I'm a home remodeler learning to enjoy the use of good tools. I like gadgets so I probably have more power tools than I really need. Comparatively I have very few handtools. But I keep reading about amazing Japanese chisels and pullsaws and the like so I would like to get a few. As it happens, my brother is living in Tokyo for two years so it would be fairly easy to get a small amount shipped, I'm assuming.

So basically I'm looking for recommendations on your favorite Japanese handtools. I have a set of basic Narex chisels and a few basic carpentry saws but that's it. I used a small pullsaw during a woodworking workshop to cut off some dowels and was amazed at how great that worked.

I would say that it is pointless asking your brother to seek out Japanese tools in Tokyo that are sold in the West. There is a good chance that he will not find them for sale as they are marketed for Westerners and to Westerners.

Great value chisels are made by Koyamaichi. You can purchase them at Lee Valley.

Great value saws are made by Z-Saws. They are sold all over.

You could ask your brother to source waterstones. I would seek out a 1000 Pro Shapton, 6000 and 13000 Sigma, and a DMT lapping stone to keep them flat. They'll be cheaper in Japan.

Regards from Perth

Derek


Offline Sanderxpander

  • Posts: 397
Re: Japanese handtool recommendations
« Reply #10 on: June 30, 2019, 03:35 PM »
Hi Derek, interesting POV. Maybe I should've mentioned I'm in Holland and we don't have Lee Valley here. I suppose most of your point still holds. I was hoping it would be cheaper and easier to get some cool tools, I've read about people bringing chisels back from Japan and the like.

I guess if there are few specific recommendations it becomes a lot harder as my brother doesn't care for the stuff at all and has two left hands.

Offline Bert Vanderveen

  • Posts: 546
Re: Japanese handtool recommendations
« Reply #11 on: July 01, 2019, 10:57 AM »
Hi Derek, interesting POV. Maybe I should've mentioned I'm in Holland and we don't have Lee Valley here. I suppose most of your point still holds. I was hoping it would be cheaper and easier to get some cool tools, I've read about people bringing chisels back from Japan and the like.

Perhaps I am shooting myself in my foot, but there are terrific sources of (used/vintage) Japanese tools to be found on eBay and Etsy. My fav is tokyocraft @ etsy. Great seller, excellent service. Fair prices and as a bonus Son-san sends a watercolour sketch along with translations of the Japanese on the tools and sometimes a few tips. (Please don’t buy everything — there are some items on my wishlist, that I want t buy next month…)
Cheers, Bert Vanderveen

TS55 · TS55R · OF1010 · DF500 Mk2 · MFT/3 + TSB1-MW 1000 + VL + CMS TS55 + CMS PS300 + LA-CS 70/CMS · CTL Midi · RTS400 EQ · 2 x CXS Li 1,5 · T15+3 Li 4,2 · TI15 Impact Li 4,2 · Centrotec Sets 2008 + 2015 · PSB300 · LR32-SYS · RO150 · Kapex KS120 · 2 x MFK700 · RO90 · OFK700 · BS75 · OFK500 · OF2200 · CMS-GE … | Mirka 1230L P&C | Hammer A3 31 Silent Power · Hammer N4400 · Hammer HS950 (soon!)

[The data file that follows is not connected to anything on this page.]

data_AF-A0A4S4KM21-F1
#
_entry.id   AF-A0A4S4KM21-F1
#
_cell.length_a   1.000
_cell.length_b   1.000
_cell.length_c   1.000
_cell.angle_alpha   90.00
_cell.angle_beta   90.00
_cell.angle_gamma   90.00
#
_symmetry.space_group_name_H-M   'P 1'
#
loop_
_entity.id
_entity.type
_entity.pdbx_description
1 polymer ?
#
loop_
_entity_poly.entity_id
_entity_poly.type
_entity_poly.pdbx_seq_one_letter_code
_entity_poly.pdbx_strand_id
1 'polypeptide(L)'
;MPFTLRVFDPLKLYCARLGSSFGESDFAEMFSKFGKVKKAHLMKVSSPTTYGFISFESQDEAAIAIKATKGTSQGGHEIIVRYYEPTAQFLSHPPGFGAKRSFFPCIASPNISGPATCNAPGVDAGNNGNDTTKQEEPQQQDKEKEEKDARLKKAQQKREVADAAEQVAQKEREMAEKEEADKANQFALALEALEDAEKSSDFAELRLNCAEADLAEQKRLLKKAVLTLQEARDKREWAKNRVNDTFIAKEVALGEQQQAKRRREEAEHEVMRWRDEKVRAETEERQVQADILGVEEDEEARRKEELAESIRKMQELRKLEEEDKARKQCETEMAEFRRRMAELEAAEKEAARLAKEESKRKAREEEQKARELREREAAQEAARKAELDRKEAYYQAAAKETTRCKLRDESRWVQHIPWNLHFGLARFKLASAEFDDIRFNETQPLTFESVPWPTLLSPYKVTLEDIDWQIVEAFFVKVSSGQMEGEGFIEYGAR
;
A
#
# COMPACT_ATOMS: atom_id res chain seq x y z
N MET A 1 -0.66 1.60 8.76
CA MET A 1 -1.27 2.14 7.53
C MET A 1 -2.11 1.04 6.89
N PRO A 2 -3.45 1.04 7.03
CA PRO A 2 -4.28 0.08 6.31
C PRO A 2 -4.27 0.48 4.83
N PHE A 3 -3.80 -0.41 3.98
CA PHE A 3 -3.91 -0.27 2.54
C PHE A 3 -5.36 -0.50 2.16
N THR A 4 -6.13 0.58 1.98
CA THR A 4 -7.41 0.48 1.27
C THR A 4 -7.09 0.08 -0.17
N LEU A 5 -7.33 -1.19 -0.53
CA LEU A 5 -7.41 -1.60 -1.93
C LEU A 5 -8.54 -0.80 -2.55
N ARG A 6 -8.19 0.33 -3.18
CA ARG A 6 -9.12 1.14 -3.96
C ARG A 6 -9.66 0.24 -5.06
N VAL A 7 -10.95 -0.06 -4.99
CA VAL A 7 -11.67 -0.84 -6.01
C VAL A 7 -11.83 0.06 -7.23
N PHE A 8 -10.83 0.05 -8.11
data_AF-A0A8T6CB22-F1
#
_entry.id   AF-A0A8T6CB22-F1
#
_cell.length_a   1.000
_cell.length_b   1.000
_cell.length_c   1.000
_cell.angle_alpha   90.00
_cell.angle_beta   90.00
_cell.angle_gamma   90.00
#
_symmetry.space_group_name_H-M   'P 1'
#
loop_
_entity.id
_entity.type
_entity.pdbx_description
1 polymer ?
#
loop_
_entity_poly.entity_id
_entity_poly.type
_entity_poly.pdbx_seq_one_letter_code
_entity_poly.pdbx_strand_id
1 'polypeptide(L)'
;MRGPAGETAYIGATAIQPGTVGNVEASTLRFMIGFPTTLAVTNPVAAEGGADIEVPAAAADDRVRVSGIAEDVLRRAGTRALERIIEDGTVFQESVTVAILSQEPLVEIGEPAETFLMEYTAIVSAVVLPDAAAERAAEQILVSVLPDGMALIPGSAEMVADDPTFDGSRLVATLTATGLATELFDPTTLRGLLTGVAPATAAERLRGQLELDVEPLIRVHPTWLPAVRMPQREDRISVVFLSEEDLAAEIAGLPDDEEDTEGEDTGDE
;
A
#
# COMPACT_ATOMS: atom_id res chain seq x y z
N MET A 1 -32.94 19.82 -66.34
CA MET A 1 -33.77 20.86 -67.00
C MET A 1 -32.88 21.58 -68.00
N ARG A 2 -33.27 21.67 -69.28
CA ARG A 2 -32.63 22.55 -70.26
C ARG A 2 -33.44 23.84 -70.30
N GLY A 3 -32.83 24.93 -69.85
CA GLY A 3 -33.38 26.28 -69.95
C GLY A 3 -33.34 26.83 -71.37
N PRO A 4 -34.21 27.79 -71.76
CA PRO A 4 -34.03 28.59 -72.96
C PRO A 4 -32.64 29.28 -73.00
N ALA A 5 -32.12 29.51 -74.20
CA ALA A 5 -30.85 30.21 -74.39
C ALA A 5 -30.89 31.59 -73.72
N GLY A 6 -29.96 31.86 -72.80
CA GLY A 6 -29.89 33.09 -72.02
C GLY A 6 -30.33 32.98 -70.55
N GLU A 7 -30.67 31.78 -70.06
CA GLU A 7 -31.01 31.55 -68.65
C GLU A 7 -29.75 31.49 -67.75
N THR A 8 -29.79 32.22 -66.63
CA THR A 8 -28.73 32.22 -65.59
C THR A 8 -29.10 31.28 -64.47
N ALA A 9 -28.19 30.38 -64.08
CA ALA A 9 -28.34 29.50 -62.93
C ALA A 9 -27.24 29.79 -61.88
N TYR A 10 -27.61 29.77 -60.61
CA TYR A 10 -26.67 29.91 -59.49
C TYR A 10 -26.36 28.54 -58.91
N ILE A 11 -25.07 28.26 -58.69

Offline ChuckM

  • Posts: 1289
Re: Japanese handtool recommendations
« Reply #12 on: July 01, 2019, 12:44 PM »
It can be a deep rabbit hole....

Another source of Japanese planes, etc. with a solid feedback record:

https://www.ebay.ca/str/az-thanks?_trksid=p2047675.l2563
« Last Edit: July 01, 2019, 12:52 PM by ChuckM »

Offline ear3

  • Posts: 3886
Re: Japanese handtool recommendations
« Reply #13 on: July 11, 2019, 03:38 PM »
There's also Japan Woodworker, which was just bought by Woodcraft: https://www.woodcraft.com/pages/japan-woodworker

I can second the Toshio Odate book -- if you're into that sort of thing, he gives you a great primer on the history and use of specific tools.

I'd be interested to hear from people in what situations they reach for a Japanese saw rather than a Western Saw.  Before I started doing finer carpentry, and mainly just built art installations, I always carried a Kataba saw in my kit, which would never fail to get me out of certain jams.  But I was using it as a kind of swiss army knife rather than as a precision tool.

I just recently added a set of Japanese saws (a Kataba, dbl sided Ryoba, and an Azebiki) to complement the Western saws I have been using, but I'm still trying to figure out the subtle differences that would lead me to grab them over the Western Saws.  Some situations are obvious, like when I have to make a deep cut that exceeds the back of my Western Saws.  I also find for some reason that I am more likely to make a square 90degree cut with the Japanese saw than with a Western Saw -- though the way I use my handsaws I'm generally not relying on producing a totally square cut by hand without further treatment of the board.
« Last Edit: July 14, 2019, 09:18 AM by ear3 »
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Online Peter Halle

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Re: Japanese handtool recommendations
« Reply #14 on: July 11, 2019, 04:14 PM »
I haven't had a western style saw in years.  The Japanese style saws that cut on the pull stroke (eliminating wobble) and have a finer kerf fit my needs.

I will admit that I use the cheaper versions due to the fact that nails might be present and the saws and nails do not co-exist peacefully.

Peter

Offline Lemwise

  • Posts: 264
Re: Japanese handtool recommendations
« Reply #15 on: August 22, 2019, 04:33 PM »
For chisels I would go with the ones jindaiko-honpo sells. Their tatakinomis and tsukinomis are all outstanding. If you like something a few points softer I would suggest older Kikuhiromarus. Avoid the new ones as these are made with rikizai (pre-laminated steel).
« Last Edit: August 22, 2019, 04:35 PM by Lemwise »